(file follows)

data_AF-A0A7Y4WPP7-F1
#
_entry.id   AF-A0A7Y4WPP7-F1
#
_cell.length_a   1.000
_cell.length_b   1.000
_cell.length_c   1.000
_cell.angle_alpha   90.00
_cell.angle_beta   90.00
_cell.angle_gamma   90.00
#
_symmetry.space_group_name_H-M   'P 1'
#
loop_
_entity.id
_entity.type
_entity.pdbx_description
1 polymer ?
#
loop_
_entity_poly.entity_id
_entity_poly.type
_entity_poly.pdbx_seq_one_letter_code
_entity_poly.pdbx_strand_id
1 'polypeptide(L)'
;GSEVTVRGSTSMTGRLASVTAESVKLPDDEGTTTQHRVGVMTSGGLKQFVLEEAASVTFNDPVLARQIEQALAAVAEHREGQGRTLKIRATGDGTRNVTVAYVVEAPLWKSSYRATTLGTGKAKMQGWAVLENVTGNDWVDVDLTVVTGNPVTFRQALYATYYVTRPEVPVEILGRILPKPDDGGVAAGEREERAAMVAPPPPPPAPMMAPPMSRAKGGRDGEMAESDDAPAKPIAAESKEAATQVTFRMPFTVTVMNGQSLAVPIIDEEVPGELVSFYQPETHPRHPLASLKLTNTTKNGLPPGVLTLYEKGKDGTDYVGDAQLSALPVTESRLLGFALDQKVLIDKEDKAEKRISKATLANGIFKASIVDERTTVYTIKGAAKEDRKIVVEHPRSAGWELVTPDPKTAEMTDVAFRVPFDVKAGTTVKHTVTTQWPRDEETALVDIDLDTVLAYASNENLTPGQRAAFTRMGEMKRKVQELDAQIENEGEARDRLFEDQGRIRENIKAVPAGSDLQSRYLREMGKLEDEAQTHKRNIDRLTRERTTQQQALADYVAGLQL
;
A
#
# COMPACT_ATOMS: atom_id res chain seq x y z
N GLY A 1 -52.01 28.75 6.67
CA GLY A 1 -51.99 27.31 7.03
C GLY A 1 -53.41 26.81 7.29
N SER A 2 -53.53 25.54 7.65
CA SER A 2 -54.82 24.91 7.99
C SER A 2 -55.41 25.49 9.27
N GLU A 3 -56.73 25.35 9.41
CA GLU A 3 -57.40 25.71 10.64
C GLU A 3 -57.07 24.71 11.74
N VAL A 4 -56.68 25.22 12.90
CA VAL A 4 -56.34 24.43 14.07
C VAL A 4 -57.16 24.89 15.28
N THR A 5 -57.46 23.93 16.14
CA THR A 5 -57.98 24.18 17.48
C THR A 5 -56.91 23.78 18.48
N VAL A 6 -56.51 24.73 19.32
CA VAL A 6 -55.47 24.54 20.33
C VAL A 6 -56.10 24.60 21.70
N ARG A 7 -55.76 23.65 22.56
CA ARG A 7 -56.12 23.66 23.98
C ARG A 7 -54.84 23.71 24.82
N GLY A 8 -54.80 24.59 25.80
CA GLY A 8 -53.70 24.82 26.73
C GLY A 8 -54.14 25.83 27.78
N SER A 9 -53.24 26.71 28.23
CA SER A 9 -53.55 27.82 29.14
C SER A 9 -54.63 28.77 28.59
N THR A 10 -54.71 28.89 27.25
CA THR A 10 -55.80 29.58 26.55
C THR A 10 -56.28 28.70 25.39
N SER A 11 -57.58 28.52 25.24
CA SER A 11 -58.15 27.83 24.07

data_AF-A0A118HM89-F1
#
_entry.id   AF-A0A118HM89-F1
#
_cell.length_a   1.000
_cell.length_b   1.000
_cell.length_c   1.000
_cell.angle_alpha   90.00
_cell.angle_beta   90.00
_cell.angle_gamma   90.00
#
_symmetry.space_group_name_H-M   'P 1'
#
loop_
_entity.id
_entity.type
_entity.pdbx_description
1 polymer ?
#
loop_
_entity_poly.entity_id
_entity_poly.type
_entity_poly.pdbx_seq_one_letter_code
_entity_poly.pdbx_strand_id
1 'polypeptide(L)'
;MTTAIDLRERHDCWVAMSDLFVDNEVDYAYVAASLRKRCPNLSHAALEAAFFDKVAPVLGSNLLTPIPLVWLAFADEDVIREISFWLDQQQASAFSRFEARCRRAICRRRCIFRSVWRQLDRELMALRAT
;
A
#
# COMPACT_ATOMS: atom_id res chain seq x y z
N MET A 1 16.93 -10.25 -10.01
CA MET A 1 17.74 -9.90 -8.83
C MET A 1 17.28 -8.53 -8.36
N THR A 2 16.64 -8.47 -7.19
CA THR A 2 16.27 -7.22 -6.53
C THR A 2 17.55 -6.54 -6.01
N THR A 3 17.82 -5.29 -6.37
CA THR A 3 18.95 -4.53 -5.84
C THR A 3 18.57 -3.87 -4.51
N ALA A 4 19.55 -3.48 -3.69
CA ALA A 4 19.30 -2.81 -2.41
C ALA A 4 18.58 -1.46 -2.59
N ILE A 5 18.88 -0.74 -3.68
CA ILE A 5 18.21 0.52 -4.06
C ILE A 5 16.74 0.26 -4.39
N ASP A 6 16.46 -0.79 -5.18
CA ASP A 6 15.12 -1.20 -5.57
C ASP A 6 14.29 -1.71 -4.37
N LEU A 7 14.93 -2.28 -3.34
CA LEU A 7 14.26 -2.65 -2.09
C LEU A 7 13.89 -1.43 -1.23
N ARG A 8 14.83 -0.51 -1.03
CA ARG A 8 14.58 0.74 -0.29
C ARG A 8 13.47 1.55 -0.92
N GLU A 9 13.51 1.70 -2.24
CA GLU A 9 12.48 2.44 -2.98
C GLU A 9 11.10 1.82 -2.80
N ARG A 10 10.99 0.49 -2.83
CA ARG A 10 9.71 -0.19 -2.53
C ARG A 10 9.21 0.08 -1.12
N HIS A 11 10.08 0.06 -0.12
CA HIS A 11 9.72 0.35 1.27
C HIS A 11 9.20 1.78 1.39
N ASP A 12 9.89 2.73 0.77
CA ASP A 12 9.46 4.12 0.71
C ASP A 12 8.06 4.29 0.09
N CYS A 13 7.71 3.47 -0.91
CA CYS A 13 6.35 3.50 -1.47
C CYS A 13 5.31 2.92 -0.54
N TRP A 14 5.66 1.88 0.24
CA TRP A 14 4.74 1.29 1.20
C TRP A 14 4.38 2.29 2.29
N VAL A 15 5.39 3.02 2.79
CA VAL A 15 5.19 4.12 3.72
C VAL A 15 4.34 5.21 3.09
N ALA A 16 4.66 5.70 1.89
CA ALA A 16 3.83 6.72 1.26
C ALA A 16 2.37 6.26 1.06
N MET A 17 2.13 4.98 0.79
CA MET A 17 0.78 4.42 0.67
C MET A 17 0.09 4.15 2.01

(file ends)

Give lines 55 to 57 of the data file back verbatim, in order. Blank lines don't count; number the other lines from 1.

N SER A 9 -53.24 26.71 28.23
CA SER A 9 -53.55 27.82 29.14
C SER A 9 -54.63 28.77 28.59